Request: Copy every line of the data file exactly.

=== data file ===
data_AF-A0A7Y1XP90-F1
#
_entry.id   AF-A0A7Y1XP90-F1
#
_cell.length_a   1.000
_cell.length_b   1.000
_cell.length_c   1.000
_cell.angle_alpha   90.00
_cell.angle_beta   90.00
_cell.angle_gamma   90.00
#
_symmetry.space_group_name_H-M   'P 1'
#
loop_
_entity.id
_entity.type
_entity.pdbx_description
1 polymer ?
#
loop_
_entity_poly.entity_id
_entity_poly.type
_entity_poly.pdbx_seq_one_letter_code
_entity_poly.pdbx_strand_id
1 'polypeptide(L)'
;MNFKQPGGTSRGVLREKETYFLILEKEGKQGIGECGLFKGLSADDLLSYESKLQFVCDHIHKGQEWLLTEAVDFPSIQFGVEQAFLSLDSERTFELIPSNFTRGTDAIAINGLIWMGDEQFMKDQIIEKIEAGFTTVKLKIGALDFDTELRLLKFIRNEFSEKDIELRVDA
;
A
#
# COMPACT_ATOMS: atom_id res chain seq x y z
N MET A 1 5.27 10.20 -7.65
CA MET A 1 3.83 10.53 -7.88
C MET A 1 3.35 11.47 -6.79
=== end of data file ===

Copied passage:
data_AF-A0A7Y1XP90-F1
#
_entry.id   AF-A0A7Y1XP90-F1
#
_cell.length_a   1.000
_cell.length_b   1.000
_cell.length_c   1.000
_cell.angle_alpha   90.00
_cell.angle_beta   90.00
_cell.angle_gamma   90.00
#
_symmetry.space_group_name_H-M   'P 1'
#
loop_
_entity.id
_entity.type
_entity.pdbx_description
1 polymer ?
#
loop_
_entity_poly.entity_id
_entity_poly.type
_entity_poly.pdbx_seq_one_letter_code
_entity_poly.pdbx_strand_id
1 'polypeptide(L)'
;MNFKQPGGTSRGVLREKETYFLILEKEGKQGIGECGLFKGLSADDLLSYESKLQFVCDHIHKGQEWLLTEAVDFPSIQFGVEQAFLSLDSERTFELIPSNFTRGTDAIAINGLIWMGDEQFMKDQIIEKIEAGFTTVKLKIGALDFDTELRLLKFIRNEFSEKDIELRVDA
;
A
#
# COMPACT_ATOMS: atom_id res chain seq x y z
N MET A 1 5.27 10.20 -7.65
CA MET A 1 3.83 10.53 -7.88
C MET A 1 3.35 11.47 -6.79